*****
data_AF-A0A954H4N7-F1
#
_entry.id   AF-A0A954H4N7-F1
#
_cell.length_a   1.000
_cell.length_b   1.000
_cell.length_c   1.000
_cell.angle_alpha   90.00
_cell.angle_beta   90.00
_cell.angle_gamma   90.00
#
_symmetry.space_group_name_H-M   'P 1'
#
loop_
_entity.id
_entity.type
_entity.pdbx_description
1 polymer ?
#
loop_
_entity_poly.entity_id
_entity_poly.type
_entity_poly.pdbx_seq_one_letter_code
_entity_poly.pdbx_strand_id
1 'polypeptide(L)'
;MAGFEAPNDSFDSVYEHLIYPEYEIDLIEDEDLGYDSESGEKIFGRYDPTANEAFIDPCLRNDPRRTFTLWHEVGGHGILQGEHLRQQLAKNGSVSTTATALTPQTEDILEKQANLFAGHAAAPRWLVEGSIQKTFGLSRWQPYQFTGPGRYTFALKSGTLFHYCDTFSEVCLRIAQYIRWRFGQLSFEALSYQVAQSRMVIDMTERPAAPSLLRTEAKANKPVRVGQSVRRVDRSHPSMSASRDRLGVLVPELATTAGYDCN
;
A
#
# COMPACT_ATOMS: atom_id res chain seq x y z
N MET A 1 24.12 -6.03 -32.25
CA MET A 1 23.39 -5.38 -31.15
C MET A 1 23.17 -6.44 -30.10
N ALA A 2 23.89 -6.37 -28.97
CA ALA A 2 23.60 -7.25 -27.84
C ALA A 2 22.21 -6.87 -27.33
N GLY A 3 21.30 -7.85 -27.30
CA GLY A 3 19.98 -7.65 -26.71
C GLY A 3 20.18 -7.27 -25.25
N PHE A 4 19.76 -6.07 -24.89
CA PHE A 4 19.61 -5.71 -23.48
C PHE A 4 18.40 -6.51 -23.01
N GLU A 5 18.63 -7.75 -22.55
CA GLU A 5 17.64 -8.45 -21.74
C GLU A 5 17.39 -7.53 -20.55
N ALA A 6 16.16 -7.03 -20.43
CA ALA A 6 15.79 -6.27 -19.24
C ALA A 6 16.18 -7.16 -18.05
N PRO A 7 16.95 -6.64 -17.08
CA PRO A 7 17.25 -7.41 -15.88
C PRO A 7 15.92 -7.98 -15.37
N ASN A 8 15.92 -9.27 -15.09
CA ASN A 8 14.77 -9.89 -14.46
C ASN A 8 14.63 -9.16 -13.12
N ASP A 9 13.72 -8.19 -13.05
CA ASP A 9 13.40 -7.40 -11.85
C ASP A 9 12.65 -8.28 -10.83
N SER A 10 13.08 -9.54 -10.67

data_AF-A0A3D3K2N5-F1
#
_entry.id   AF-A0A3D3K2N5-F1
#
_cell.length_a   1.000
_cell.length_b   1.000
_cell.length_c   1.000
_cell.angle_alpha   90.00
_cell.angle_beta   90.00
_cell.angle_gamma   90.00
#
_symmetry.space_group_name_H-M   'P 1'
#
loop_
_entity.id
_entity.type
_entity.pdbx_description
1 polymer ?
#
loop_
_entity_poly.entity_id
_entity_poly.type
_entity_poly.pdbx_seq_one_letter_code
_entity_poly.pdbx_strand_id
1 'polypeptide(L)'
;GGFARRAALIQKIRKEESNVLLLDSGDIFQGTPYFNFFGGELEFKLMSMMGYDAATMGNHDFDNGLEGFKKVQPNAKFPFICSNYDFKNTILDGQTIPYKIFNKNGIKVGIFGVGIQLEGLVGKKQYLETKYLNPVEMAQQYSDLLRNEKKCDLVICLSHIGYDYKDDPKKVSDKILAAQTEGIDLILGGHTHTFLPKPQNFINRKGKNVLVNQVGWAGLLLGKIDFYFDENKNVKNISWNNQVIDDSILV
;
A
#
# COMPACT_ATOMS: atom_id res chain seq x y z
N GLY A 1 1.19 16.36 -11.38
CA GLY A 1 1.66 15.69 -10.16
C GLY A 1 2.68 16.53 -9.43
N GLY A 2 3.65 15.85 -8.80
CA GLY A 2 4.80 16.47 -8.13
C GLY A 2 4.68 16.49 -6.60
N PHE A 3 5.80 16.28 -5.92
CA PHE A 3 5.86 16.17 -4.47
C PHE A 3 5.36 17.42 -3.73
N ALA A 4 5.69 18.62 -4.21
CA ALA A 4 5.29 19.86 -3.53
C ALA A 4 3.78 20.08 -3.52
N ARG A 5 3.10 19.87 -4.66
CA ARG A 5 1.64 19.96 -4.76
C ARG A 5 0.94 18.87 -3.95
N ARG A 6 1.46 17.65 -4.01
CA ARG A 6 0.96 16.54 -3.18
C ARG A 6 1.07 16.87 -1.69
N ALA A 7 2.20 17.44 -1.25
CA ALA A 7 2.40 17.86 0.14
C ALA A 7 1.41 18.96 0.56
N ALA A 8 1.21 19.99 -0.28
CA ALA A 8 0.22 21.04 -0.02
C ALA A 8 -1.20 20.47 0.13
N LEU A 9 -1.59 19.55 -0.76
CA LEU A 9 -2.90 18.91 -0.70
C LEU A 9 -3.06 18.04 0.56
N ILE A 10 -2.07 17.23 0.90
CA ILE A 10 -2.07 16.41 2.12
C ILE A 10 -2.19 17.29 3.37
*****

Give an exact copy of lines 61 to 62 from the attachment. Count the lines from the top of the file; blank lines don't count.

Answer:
_entry.id   AF-A0A3D3K2N5-F1
#